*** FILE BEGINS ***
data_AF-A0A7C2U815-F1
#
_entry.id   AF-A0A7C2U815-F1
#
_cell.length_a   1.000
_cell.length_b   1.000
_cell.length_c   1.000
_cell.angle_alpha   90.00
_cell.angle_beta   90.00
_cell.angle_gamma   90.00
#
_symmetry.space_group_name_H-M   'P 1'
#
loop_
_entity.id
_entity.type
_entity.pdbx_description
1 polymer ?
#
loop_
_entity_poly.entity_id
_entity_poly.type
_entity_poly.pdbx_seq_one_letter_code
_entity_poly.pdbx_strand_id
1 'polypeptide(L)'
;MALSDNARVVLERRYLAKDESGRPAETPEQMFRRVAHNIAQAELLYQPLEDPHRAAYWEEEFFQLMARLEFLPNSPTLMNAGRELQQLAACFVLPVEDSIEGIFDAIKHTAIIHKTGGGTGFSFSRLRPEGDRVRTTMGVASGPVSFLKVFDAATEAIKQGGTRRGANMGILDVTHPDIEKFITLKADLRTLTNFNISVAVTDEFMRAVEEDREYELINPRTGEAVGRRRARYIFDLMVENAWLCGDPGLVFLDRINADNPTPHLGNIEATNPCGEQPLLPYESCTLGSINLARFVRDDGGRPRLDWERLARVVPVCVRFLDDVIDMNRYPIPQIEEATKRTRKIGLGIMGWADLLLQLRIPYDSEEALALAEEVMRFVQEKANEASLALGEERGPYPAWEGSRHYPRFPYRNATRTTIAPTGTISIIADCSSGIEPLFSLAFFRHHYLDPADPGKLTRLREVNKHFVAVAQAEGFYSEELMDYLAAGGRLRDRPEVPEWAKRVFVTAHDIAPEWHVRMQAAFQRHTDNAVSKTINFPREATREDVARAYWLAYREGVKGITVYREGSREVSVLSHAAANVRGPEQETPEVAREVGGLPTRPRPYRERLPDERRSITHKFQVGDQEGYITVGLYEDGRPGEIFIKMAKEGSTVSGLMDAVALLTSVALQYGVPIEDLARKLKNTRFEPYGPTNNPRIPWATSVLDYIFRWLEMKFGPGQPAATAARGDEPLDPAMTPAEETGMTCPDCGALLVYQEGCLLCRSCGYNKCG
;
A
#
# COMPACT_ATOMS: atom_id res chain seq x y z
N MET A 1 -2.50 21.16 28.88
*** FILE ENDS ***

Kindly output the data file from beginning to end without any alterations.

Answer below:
data_AF-A0A7C2U815-F1
#
_entry.id   AF-A0A7C2U815-F1
#
_cell.length_a   1.000
_cell.length_b   1.000
_cell.length_c   1.000
_cell.angle_alpha   90.00
_cell.angle_beta   90.00
_cell.angle_gamma   90.00
#
_symmetry.space_group_name_H-M   'P 1'
#
loop_
_entity.id
_entity.type
_entity.pdbx_description
1 polymer ?
#
loop_
_entity_poly.entity_id
_entity_poly.type
_entity_poly.pdbx_seq_one_letter_code
_entity_poly.pdbx_strand_id
1 'polypeptide(L)'
;MALSDNARVVLERRYLAKDESGRPAETPEQMFRRVAHNIAQAELLYQPLEDPHRAAYWEEEFFQLMARLEFLPNSPTLMNAGRELQQLAACFVLPVEDSIEGIFDAIKHTAIIHKTGGGTGFSFSRLRPEGDRVRTTMGVASGPVSFLKVFDAATEAIKQGGTRRGANMGILDVTHPDIEKFITLKADLRTLTNFNISVAVTDEFMRAVEEDREYELINPRTGEAVGRRRARYIFDLMVENAWLCGDPGLVFLDRINADNPTPHLGNIEATNPCGEQPLLPYESCTLGSINLARFVRDDGGRPRLDWERLARVVPVCVRFLDDVIDMNRYPIPQIEEATKRTRKIGLGIMGWADLLLQLRIPYDSEEALALAEEVMRFVQEKANEASLALGEERGPYPAWEGSRHYPRFPYRNATRTTIAPTGTISIIADCSSGIEPLFSLAFFRHHYLDPADPGKLTRLREVNKHFVAVAQAEGFYSEELMDYLAAGGRLRDRPEVPEWAKRVFVTAHDIAPEWHVRMQAAFQRHTDNAVSKTINFPREATREDVARAYWLAYREGVKGITVYREGSREVSVLSHAAANVRGPEQETPEVAREVGGLPTRPRPYRERLPDERRSITHKFQVGDQEGYITVGLYEDGRPGEIFIKMAKEGSTVSGLMDAVALLTSVALQYGVPIEDLARKLKNTRFEPYGPTNNPRIPWATSVLDYIFRWLEMKFGPGQPAATAARGDEPLDPAMTPAEETGMTCPDCGALLVYQEGCLLCRSCGYNKCG
;
A
#
# COMPACT_ATOMS: atom_id res chain seq x y z
N MET A 1 -2.50 21.16 28.88